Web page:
“In 2010 hi-viz backpacks were offered to commuter cyclists in return for completion of a survey. In 2011 commuter cyclists were again targeted in a cycle helmet promotion. Already this year commuter cyclists have again been targeted with the provision of hi-viz backpacks and jackets, businesses have been involved in cycle helmet promotion, with vouchers being provided for prize-draw activities. A further hi-viz campaign is due later this month.”
With the deaths of the two boys in Hucknall still being investigated, Shaw said she could not comment on those cases (although it should be noted that the National Academy which Jeffrey and Harrison attended does already teach road safety awareness). However, the inference from her comments was that the onus from Nottinghamshire County Council was for cyclists to take responsibility for themselves.
It seems an easy option to vilify a County Council, who are apparently taking away cycling provisions and who seem to think that a bit of hi-viz clothing and a helmet will stop cyclists coming to harm, all while cyclists were being killed at an extraordinary rate in their area of administration.
But road traffic collisions are an exceedingly complex subject.
Dr Phil Miller is the research manager at Nottingham University Hospital’s emergency department. He’s a member of Pedals, and a supporter of safety charity Road Peace. He conducted a significant study of cycling accidents in the Nottinghamshire area, collecting data from more than 500 people over a two-year period. He tried to put Nottinghamshire’s 2012 data in context.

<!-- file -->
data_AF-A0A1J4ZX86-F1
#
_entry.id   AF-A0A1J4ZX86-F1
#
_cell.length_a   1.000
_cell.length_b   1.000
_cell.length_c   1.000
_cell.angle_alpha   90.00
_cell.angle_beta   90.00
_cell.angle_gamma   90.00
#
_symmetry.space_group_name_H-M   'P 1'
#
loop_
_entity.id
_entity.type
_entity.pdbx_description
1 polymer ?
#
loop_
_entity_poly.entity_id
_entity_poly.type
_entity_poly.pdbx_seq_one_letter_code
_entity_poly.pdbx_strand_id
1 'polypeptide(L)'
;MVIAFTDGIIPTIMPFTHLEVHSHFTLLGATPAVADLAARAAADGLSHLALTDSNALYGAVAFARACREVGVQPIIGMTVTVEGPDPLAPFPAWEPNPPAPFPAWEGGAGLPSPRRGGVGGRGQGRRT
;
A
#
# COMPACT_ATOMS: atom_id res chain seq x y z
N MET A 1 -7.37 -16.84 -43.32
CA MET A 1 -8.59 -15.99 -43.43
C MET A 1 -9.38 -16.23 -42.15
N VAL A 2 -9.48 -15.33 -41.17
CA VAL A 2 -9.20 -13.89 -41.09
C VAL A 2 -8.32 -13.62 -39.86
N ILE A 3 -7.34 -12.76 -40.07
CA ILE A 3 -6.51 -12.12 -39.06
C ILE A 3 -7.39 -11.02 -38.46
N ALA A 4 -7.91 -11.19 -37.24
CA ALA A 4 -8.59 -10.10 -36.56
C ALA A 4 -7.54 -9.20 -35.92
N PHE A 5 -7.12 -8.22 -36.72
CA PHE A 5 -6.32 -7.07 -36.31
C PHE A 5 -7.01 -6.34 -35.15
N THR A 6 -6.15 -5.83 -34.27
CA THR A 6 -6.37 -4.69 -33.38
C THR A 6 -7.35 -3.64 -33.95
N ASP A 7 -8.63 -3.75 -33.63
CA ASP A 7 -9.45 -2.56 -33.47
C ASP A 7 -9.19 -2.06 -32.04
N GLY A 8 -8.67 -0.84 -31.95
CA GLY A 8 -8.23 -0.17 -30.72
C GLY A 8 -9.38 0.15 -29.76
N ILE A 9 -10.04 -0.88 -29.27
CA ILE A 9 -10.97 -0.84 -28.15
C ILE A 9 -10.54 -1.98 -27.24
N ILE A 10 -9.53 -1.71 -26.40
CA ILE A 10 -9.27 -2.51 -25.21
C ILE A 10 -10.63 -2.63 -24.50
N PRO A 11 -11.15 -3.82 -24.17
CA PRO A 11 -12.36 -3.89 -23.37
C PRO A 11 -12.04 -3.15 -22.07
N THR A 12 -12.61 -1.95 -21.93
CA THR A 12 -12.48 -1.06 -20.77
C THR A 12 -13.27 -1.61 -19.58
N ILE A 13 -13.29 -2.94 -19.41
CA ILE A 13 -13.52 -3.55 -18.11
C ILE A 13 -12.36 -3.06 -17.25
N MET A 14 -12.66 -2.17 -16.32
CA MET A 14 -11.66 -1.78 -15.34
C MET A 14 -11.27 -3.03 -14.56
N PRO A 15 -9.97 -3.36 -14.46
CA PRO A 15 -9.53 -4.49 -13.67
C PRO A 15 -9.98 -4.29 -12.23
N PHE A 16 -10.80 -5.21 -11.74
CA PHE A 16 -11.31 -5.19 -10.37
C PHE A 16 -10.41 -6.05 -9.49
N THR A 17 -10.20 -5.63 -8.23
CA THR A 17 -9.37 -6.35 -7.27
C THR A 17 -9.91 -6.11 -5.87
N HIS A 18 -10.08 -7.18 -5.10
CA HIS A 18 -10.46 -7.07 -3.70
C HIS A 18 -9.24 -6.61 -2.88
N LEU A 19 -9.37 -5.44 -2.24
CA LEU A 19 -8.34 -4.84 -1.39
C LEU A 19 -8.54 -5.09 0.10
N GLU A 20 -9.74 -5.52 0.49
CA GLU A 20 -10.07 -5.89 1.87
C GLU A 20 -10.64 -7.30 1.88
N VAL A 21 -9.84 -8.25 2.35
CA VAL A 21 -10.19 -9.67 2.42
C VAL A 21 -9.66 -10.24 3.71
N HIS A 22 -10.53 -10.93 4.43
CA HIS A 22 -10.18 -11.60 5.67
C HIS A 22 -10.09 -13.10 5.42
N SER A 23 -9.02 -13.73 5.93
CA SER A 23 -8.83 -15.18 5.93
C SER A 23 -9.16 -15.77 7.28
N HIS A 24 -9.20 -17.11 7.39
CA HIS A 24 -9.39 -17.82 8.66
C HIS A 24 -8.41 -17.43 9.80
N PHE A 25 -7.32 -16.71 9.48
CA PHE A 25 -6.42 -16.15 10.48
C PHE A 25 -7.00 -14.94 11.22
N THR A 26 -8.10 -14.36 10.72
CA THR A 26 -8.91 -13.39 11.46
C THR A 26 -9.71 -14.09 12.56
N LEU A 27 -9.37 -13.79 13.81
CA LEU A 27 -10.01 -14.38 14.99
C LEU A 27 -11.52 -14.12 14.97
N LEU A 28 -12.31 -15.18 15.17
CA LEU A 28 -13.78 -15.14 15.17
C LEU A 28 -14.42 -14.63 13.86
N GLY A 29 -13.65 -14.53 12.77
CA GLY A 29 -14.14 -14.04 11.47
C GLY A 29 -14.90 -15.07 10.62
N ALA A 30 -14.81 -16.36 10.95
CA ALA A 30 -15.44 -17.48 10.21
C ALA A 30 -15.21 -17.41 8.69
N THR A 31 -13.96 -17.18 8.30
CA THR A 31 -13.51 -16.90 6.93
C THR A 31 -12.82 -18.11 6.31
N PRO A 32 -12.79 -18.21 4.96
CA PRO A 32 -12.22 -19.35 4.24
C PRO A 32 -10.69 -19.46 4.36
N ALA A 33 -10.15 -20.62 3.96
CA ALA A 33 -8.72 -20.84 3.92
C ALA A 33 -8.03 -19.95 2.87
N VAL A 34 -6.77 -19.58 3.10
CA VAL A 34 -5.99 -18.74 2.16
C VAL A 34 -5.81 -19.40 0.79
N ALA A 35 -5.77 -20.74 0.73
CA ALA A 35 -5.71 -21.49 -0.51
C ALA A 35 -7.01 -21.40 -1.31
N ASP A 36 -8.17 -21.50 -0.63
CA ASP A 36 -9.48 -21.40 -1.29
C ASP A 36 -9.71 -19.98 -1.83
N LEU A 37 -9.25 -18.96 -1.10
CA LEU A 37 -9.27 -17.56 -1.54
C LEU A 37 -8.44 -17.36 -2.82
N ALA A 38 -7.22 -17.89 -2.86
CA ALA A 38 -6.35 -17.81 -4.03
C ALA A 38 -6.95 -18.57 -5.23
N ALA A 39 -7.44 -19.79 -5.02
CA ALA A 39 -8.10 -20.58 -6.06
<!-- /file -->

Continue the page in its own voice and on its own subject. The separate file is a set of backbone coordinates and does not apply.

“My understanding for the last few years nationally is that rates of cycling plateaued in the early 2000s; now they’re going up again,” he said. “As a
consequence there just seems to be an increase in the baseline of all injury accidents. However, fatalities seem to be going down nationally, or at least they haven’t seemed to drastically increase.
“But I can’t think of anything that would account for such a dramatic rise in cycling deaths over such a short period of time in Nottinghamshire. It is quite a jump, although it is still, in statistical terms, a small number of incidents. Often when you come to these small numbers of collisions, it could be down to a new junction or some other kind of individual circumstance and you need to examine crash reports to say something reasonable about that. It’s that kind of really low-level accident data that is needed – the data of seven fatalities is terrible but we can’t come to a conclusion.”
Coming to conclusions
However, while Dr Miller was exercising caution in translating the data, others in Nottinghamshire were already making up their minds.
In late September Ian Morrison, a Hucknall Labour member of Ashfield District Council, decided to take a campaign to parliament, trying to improve road safety among young cyclists in response to the events in his area.
On Monday November 5 Morrison was part of a delegation to Westminster led by Nottingham North MP Graham Allen which called on the government to introduce new laws requiring all cyclists to wear helmets and all bikes to be fitted with lights. They also asked for all new bike sales to include helmets, reflective clothing and lights, and to ban BMX bikes on public roads.
While Allen was quoted as saying: “There must be greater awareness among motorists that there are other modes on the roads and they must drive appropriately,” in terms of practical steps, again, the onus was placed on the cyclist.